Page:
dive

verb
\ ˈdīv How to pronounce dive (audio) \
dived\ ˈdīvd How to pronounce dive (audio) \ or dove\ ˈdōv How to pronounce dive (audio) \; dived also dove; diving

Definition of dive

 (Entry 1 of 2)

intransitive verb

1a : to plunge into water intentionally and especially headfirst also : to execute a dive (see dive entry 2 sense 1a(1)) diving into the pool from the highest platform
b : submerge the submarine dived
2a : to come or drop down precipitously : plunge the temperature is diving
b : to plunge one's hand into something dived into his pocket
c of an airplane : to descend in a dive
3a : to plunge into some matter or activity she dove into her studies
b : to plunge or dash for some place diving for cover also : to lunge especially in order to seize something dove for the ball

transitive verb

1 : to thrust into something diving one's hands into the icy water
2 : to cause to dive dive a submarine

dive

noun

Definition of dive (Entry 2 of 2)

1 : the act or an instance of diving: such as
a(1) : a plunge into water executed in a prescribed manner practicing her dives
(2) nautical : a submerging of a submarine
(3) aviation : a steep descent of an airplane at greater than the maximum speed of horizontal flight
b : a sharp decline Stocks took a dive.
2 : a shabby and disreputable establishment (such as a bar or nightclub)
3 combat sports : a faked knockout usually used in the phrase take a divea boxer accused of taking a dive
4 football : an offensive (see offensive entry 1 sense 1c) play in which the ballcarrier plunges into the line (see line entry 1 sense 7f(2)) for short yardage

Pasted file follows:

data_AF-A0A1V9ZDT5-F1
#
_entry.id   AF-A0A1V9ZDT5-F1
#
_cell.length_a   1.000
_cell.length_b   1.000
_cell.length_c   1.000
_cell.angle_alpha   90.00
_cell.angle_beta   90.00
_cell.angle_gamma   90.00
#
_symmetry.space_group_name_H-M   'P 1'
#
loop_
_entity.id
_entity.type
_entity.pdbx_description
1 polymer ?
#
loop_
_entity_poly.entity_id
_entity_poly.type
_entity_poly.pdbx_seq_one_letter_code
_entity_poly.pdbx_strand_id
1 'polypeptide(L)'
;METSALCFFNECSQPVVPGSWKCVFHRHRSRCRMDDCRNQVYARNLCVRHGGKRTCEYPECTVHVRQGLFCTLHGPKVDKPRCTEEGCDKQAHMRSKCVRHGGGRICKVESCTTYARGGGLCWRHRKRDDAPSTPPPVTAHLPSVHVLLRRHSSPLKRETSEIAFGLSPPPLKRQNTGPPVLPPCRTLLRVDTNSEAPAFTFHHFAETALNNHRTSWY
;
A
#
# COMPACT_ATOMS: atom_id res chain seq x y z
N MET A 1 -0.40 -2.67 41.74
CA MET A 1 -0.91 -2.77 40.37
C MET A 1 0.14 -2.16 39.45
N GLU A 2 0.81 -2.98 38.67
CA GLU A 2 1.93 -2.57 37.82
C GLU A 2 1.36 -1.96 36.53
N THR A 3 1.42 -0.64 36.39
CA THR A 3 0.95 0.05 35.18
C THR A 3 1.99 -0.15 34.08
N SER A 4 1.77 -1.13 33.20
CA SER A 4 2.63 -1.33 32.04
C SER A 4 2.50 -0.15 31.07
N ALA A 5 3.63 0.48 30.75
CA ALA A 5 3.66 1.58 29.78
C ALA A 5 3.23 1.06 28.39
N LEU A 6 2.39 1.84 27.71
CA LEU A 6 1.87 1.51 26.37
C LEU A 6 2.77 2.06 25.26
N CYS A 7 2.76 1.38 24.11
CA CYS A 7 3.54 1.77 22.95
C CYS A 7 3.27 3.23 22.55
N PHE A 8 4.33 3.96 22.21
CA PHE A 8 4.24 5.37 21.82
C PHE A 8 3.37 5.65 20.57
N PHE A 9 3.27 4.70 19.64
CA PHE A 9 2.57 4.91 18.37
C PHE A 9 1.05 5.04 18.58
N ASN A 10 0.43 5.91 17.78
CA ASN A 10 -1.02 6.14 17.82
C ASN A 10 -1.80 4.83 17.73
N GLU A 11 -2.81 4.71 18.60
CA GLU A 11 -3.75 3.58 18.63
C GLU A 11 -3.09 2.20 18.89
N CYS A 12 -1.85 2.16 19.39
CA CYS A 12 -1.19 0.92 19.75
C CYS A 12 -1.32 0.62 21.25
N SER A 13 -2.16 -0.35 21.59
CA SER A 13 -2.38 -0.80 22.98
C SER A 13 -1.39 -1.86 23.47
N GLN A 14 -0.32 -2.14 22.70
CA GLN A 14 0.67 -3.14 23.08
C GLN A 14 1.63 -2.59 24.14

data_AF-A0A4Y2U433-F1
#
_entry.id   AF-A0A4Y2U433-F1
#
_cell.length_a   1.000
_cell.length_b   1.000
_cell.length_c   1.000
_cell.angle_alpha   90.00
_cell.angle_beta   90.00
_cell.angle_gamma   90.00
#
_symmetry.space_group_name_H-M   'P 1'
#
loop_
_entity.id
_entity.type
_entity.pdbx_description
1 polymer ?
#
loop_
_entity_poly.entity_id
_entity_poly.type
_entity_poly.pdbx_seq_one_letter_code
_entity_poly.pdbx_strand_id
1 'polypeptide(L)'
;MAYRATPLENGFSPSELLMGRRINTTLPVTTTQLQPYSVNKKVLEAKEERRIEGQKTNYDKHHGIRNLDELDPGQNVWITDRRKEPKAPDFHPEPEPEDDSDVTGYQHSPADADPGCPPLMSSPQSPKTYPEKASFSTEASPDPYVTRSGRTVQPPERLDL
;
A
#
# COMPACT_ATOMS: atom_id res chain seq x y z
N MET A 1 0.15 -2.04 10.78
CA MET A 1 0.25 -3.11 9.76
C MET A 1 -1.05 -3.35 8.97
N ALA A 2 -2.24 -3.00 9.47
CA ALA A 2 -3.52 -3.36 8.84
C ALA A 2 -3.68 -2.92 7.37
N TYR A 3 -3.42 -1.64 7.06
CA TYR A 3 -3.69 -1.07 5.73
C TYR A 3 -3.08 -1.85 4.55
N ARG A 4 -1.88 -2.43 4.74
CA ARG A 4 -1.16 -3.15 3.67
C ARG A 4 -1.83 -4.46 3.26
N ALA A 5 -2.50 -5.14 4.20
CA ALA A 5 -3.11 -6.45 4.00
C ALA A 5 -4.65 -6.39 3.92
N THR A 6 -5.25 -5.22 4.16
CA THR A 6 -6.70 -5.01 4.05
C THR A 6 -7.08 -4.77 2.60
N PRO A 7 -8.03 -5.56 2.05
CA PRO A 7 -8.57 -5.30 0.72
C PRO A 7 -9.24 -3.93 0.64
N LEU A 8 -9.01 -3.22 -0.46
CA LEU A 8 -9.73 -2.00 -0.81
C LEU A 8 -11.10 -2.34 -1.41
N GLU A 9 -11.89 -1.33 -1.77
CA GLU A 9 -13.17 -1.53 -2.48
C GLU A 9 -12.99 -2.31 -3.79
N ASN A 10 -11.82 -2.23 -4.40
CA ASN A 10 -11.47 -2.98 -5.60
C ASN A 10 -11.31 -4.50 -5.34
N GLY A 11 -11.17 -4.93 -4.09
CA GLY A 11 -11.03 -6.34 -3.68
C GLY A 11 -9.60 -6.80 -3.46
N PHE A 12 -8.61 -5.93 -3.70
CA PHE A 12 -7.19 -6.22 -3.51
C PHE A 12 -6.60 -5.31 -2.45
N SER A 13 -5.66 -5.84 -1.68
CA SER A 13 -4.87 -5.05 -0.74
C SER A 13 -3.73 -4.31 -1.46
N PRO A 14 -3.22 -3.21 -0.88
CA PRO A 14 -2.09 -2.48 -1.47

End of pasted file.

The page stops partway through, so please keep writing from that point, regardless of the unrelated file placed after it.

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Synonyms for dive

Synonyms: Verb

Synonyms: Noun

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Dived vs. Dove: Usage Guide

Verb

Dive, which was originally a weak verb, developed a past tense dove, probably by analogy with verbs like drive, drove. Dove exists in some British dialects and has become the standard past tense especially in speech in some parts of Canada. In the U.S. dived and dove are both widespread in speech as past tense and past participle, with dove less common than dived in the south Midland area, and dived less common than dove in the Northern and north Midland areas. In writing, the past tense dived is usual in British English and somewhat more common in American English. Dove seems relatively rare as a past participle in writing.

Examples of dive in a Sentence

Verb She dove into the swimming pool. The children like to dive off the boat. The competitors will be diving from the highest platform. Many people enjoy diving on the island's coral reefs. You can't dive in this water without a wet suit. The submarine can dive to 3,000 feet. The whale dove down to deeper water. Noun She practiced her dives for the competition. This will be my first dive on a coral reef. She has done dives all around the world. The crew of the submarine prepared for a dive. The jet rolled into a dive.